Rohan Radhakrishna
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The Sandal Scandal - 100 Million limbs are at risk of amputation!

April 29, 2010 @ 1:16 AM | Permalink

 "100 million limbs are at risk of amputation!" 

Diabetes in India: A Sandal Scandal

"India will have 50 million diabetics by 2010. Close to 20% of all diabetics have some form of amputation and surveys indicate that 60% of these amputations are because of wrong or no footwear" said Mr. Vijay Viswanathan, Managing Director of the MV Hospital for Diabetes. Although he was referring to unpublished data which was likely somewhat exaggerated, India is becoming the diabetes capital of the world.

During the recent launching of Diastep, a new Indian sandal for low-risk diabetics to prevent foot ulcers and ultimately amputations, I happened to spend a morning at a rural diabetic foot clinic with a physical therapist.

In 150 minutes, we examined 47 patients with diabetes for cracks, callouses, corns, bunions, ulcers, tingling, burning, loss of sensation, and other risk factors for nerve damage, infection, and amputation. The only thing that slowed us down was when the electricity went off and we had to use the light from our cell phones to examine people's feet. That morning I saw the rigor of village life emblazoned on the feet of dozens of farmers, coolies, animal herders, and other rural folk. All the patients had their pre-breakfast glucose checked and they were surprisingly high across the board. My colleague commented on the "post-Diwali glucose surge" (Diwali is the Indian festival of lights where people eat copious sweets with friends and family).

That same afternoon while making a home visit to a patient with HIV/AIDS, we passed a man on the street who the hospital had distributed a tricycle to after he lost his leg from diabetes.  I asked him if I could take his picture and use it to educate others about what can happen in late stages of poorly managed diabetes and he obliged. Mr Subramaniam of NK Pallayam village, featured in the photo below, stated "It started out as a blister on my foot, before I knew it I had to get a below the knee amputation. I didn't take my medicines so things got worse and I had to have an above the knee amputation." His message to other diabetics is "I suffer so you better take care of your diabetes so you don't suffer too. This happened to me because I was careless."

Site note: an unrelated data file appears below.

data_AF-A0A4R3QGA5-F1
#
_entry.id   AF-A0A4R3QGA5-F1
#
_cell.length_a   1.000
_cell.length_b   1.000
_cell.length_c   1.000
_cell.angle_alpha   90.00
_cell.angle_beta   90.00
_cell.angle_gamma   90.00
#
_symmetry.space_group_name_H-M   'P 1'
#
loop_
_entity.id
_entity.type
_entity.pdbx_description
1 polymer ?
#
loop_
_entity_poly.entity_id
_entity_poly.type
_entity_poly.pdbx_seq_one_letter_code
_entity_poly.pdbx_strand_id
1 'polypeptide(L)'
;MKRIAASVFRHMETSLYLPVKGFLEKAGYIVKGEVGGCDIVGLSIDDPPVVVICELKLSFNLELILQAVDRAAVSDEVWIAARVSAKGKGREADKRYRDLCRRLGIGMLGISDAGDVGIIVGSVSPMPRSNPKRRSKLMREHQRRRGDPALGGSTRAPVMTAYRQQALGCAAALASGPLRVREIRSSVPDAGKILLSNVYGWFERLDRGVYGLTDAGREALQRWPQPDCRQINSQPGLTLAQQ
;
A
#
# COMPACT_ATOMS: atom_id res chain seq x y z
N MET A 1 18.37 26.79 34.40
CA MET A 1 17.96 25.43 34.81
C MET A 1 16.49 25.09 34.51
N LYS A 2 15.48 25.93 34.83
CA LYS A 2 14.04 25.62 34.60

In an attempt to meet the needs of (and profit from) the millions of diabetics in India, Diastep was launched through a collaboration between the MV Hospital for Diabetes, its research wing the Diabetes Research Center, the Novo Nordisk Education Foundation, and the Central Leather Research Institute.

Its special design features address issues such as pressure distribution on the foot, grip, traction, comfort and durability to prevent foot ulcers and infection. “We have the best medical technology in the world but very poor access. Affordability and access are the primary concerns which have to be addressed,” said T. Ramasami, Secretary, Department of Science and Technology, IIT-Chennai. Although such important issues were discussed at the launch, they have yet to be addressed.

At a starting price of 1,350 rupees a pair ($35 USD) who can afford Diastep? None of the 47 villagers I saw that morning at the diabetic foot clinic, most of whom earn less than $2 dollars a day, could afford Diastep.  Mr. Subramaniam, featured above, couldn't even afford a Diastep for his remaining left leg. He lamented to me, his inability to pay for his insulin injections which totaled less than 500 rupees per month. 

Diastep should have hired a cultural anthropologist to assist in marketing and distribution because amputations and special sandals have a long history in India.  I learned that earlier models of the MCR Chappals marketed for diabetics faced resistance from some local people since they were worn by people with leprosy in the past who had peripheral nerve damage and amputations. Perhaps more important than the stigma of special footwear, is the need for gradated pricing and social marketing to the lower socioeconomic classes. My colleagues who work with diabetics told me the on-the-ground reality: many elderly aren't used to wearing shoes, farmers don't like to wear them when they're wading through their fields, and most models are too costly. 

Although the multidisciplinary research collaboration to create Diastep was exciting and impressive, is it simply another example of an Indian innovation that will never reach the average Indian? Time will tell if it is really a technological "feet" or a sandal scandal.

 

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